It’s amazing how a word can conjure up memories. ‘Festival’ is one such word for me. To me it brings back precious memories of a recurring time in another part of the South West – Penzance.
After partying hard for nine days I crawl out of bed at 5am on a Saturday – it’s light – it’s midsummer. A brisk walk along the seafront – and I arrive at the Acorn Theatre where about 30 or so people have also managed to get up. Coffee, croissant and brandy is consumed.
Then the lorry arrives with the materials we need, which drives around Penzance dumping it at strategic points throughout the town. The small army of volunteers goes about its business and soon, apart from all the decorations that have festooned Market Jew Street for the last week and a half – shops, lampposts and statues and railings are now smothered in fresh greenery before most people have even stirred in their bed. Mazey Day – the culmination of the Golowan festival is underway. Most of us will not be back in bed until the early hours of Sunday. Some pubs unofficially ‘open’ – party time!!
Another memory, this time in Barcelona, and a long weekend booked unknowingly on the weekend of the Festa Major de Gracia, situated in the Barri Gotic (mediaeval quarter). Totally bonkers – fun, hedonistic – you’re actively encouraged and welcomed to join in with the traditional dancing and processions with giant papiermaché heads and some bizarre games by hospitable Catalans. Don’t think about going to bed until 4am.
So that’s what I think about when I hear the word ‘festival’. For the people and unashamedly by the people. Which is why my heart sinks a little when I see the words ‘Plymouth Summer Festival’.
If a festival is anything it’s staged by a local community by and for itself – for its own enjoyment and its own benefit. It may be ancient, or it may be a revival or it may be invented – that’s irrelevant – but it has a soul, a core and a community focus.
I look at the ‘Summer Festival’ and see a festival within a ‘festival’ kicking it off – The Barbican International Jazz and Blues Festival, which is a recent invention, but to me is a genuine example – it’s localised, it’s embraced within the community and it has a distinct flavour. (Another example of a festival like this – different in theme obviously – is the Hay Literary Festival.)
Then there are the other events spanning five (count them) months. That’s not a festival – and it certainly isn’t ‘summer’ – it spans three of the internationally recognised seasons.
The scattergun approach of the ‘Summer Festival’ runs through Crowded House at the Pavilions, a truck show, watching cars racing around Silverstone on the telly, Derek Acorah chatting to Michael Jackson and power-boats and… check out the link – loads more events and, no doubt, more to come. Arm-wrestling with Chas ‘n’ Dave anyone? Monkey-tennis?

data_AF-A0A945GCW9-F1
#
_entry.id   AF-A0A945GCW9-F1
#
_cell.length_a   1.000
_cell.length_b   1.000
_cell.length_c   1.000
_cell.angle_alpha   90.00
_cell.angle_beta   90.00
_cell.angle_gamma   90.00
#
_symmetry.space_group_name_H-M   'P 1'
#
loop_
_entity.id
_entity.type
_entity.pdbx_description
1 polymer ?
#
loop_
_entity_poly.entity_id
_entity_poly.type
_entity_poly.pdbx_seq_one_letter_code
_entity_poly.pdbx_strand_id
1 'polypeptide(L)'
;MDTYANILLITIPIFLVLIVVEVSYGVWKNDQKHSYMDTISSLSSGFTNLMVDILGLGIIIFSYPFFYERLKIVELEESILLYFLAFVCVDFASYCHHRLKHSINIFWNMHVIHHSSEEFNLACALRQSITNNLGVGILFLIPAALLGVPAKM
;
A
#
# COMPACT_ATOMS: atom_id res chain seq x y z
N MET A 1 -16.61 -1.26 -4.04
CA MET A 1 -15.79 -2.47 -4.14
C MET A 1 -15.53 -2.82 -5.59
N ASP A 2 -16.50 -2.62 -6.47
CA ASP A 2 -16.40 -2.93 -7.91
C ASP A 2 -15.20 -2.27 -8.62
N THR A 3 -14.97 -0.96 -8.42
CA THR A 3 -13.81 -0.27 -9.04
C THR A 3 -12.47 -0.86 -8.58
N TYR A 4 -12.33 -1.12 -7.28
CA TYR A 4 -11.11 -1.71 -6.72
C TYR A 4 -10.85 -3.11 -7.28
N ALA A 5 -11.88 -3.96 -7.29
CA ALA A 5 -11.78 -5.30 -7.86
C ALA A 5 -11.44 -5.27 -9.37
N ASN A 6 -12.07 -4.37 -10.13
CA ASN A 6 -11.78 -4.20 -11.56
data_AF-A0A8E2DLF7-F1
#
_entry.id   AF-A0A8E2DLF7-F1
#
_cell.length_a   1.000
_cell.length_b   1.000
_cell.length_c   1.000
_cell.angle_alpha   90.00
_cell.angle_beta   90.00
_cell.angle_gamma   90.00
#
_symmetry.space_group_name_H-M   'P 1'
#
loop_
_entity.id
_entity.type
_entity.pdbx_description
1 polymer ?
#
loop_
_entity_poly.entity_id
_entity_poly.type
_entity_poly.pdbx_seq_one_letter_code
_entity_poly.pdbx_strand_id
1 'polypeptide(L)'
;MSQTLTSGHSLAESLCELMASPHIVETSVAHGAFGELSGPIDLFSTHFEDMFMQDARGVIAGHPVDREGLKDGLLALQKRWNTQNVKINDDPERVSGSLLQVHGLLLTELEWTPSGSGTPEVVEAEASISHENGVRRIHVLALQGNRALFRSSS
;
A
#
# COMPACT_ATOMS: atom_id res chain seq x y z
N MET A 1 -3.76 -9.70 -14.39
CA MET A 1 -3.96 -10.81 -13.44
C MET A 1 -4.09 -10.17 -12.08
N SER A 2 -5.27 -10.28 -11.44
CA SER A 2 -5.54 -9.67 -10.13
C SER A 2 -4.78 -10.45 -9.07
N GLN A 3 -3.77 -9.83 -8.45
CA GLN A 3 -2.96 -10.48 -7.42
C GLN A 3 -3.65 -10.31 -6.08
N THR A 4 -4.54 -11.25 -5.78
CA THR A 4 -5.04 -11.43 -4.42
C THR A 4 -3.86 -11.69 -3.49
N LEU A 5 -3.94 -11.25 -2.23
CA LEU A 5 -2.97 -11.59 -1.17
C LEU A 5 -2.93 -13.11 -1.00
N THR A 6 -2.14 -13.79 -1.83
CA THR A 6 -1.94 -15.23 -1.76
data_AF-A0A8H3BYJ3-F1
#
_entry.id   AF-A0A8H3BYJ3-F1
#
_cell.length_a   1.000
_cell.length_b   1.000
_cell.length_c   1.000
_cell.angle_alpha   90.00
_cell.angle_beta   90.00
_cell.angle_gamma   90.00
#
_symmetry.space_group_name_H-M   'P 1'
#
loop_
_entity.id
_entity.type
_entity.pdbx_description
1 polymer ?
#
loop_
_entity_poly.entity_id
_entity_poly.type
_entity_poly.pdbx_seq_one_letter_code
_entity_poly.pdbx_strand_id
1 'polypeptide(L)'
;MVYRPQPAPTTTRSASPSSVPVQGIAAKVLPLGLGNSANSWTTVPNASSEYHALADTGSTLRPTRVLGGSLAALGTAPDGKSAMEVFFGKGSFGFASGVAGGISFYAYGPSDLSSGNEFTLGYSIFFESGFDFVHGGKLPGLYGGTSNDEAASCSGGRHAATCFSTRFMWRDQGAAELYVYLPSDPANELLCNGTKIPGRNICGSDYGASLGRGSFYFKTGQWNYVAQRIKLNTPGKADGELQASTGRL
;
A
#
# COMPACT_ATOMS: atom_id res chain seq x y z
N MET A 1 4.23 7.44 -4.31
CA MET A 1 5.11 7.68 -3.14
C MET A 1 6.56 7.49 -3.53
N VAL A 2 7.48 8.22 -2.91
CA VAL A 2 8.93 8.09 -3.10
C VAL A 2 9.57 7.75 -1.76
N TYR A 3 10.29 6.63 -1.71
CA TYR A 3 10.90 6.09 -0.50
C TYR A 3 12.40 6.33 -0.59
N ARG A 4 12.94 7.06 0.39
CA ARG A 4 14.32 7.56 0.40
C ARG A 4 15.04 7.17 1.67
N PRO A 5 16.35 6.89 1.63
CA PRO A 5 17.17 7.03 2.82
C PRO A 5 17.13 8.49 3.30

And this I believe is the fault line running through the programme of events.
Notwithstanding that there may be (I don’t know) incentives offered for some events to take place as part of an organised package – these events would have taken place anyway. Crowded House are booked in as part of their international comeback tour – the Grand Prix will take place without a ‘Summer Festival’, and I doubt very much if Race for Life organisers worry too much if there’s a ‘festival’ in town before going ahead with their vital fundraising.
Maybe I am a little old-school – but this five month shoe-horning exercise is, to me, no festival. Nothing against the events – it’s good to have so many – they’ll all have an audience, but, I repeat, they would happen anyway. The festival notion is in itself nothing more than a corporate marketing exercise.
There is no focus and it is certainly not run by or for the community.
People who know me or follow me on Twitter know that I promote Plymouth and the brilliance of our city as often as I can.
So, trying to act in a spirit of constructive criticism – is it possible that the corporate and cultural supporters and sponsors of the current ‘festival’ really engage over the coming year with the population of Plymouth and the different communities within it – and see if we can invent our own real Summer Festival for 2011. It might mean a real change of mind-set – but it could be done. Let’s have an agreed theme or focus – let’s have some major specially organised events – and let the community respond to the challenge and put together it’s own variants – with some of that financial support that goes into the current marketing.
Let’s participate and let’s party and put other cities in the shade!
(Image: Get up and Boogie by Steve Clement-Large)
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